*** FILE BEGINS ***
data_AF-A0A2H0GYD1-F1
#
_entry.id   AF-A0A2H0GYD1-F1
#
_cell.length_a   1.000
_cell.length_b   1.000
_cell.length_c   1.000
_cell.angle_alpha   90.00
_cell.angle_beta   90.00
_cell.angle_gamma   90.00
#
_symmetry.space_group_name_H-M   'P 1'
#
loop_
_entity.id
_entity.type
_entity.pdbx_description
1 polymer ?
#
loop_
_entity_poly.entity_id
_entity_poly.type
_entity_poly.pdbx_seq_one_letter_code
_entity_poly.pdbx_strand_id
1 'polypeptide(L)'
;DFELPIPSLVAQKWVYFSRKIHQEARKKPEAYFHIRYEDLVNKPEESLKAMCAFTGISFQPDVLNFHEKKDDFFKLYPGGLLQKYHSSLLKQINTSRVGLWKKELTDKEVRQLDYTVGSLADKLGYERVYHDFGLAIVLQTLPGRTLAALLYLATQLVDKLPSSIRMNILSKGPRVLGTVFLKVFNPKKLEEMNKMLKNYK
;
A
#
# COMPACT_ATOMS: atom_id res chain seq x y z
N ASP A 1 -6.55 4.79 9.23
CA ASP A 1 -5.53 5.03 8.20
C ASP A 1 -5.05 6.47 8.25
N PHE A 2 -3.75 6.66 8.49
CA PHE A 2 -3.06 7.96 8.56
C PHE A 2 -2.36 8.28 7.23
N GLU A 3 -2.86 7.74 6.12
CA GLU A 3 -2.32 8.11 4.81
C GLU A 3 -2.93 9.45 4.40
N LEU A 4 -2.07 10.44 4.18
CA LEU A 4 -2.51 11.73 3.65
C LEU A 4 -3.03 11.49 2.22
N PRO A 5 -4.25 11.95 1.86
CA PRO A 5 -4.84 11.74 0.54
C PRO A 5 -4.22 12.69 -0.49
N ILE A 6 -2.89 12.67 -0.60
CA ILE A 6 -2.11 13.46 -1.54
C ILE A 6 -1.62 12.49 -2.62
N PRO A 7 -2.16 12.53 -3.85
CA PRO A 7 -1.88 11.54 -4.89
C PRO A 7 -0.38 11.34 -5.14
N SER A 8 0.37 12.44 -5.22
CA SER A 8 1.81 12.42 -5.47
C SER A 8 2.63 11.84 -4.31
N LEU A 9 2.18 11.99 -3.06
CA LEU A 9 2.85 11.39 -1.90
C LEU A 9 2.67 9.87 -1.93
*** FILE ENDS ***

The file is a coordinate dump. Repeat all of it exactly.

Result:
data_AF-A0A2H0GYD1-F1
#
_entry.id   AF-A0A2H0GYD1-F1
#
_cell.length_a   1.000
_cell.length_b   1.000
_cell.length_c   1.000
_cell.angle_alpha   90.00
_cell.angle_beta   90.00
_cell.angle_gamma   90.00
#
_symmetry.space_group_name_H-M   'P 1'
#
loop_
_entity.id
_entity.type
_entity.pdbx_description
1 polymer ?
#
loop_
_entity_poly.entity_id
_entity_poly.type
_entity_poly.pdbx_seq_one_letter_code
_entity_poly.pdbx_strand_id
1 'polypeptide(L)'
;DFELPIPSLVAQKWVYFSRKIHQEARKKPEAYFHIRYEDLVNKPEESLKAMCAFTGISFQPDVLNFHEKKDDFFKLYPGGLLQKYHSSLLKQINTSRVGLWKKELTDKEVRQLDYTVGSLADKLGYERVYHDFGLAIVLQTLPGRTLAALLYLATQLVDKLPSSIRMNILSKGPRVLGTVFLKVFNPKKLEEMNKMLKNYK
;
A
#
# COMPACT_ATOMS: atom_id res chain seq x y z
N ASP A 1 -6.55 4.79 9.23
CA ASP A 1 -5.53 5.03 8.20
C ASP A 1 -5.05 6.47 8.25
N PHE A 2 -3.75 6.66 8.49
CA PHE A 2 -3.06 7.96 8.56
C PHE A 2 -2.36 8.28 7.23
N GLU A 3 -2.86 7.74 6.12
CA GLU A 3 -2.32 8.11 4.81
C GLU A 3 -2.93 9.45 4.40
N LEU A 4 -2.07 10.44 4.18
CA LEU A 4 -2.51 11.73 3.65
C LEU A 4 -3.03 11.49 2.22
N PRO A 5 -4.25 11.95 1.86
CA PRO A 5 -4.84 11.74 0.54
C PRO A 5 -4.22 12.69 -0.49
N ILE A 6 -2.89 12.67 -0.60
CA ILE A 6 -2.11 13.46 -1.54
C ILE A 6 -1.62 12.49 -2.62
N PRO A 7 -2.16 12.53 -3.85
CA PRO A 7 -1.88 11.54 -4.89
C PRO A 7 -0.38 11.34 -5.14
N SER A 8 0.37 12.44 -5.22
CA SER A 8 1.81 12.42 -5.47
C SER A 8 2.63 11.84 -4.31
N LEU A 9 2.18 11.99 -3.06
CA LEU A 9 2.85 11.39 -1.90
C LEU A 9 2.67 9.87 -1.93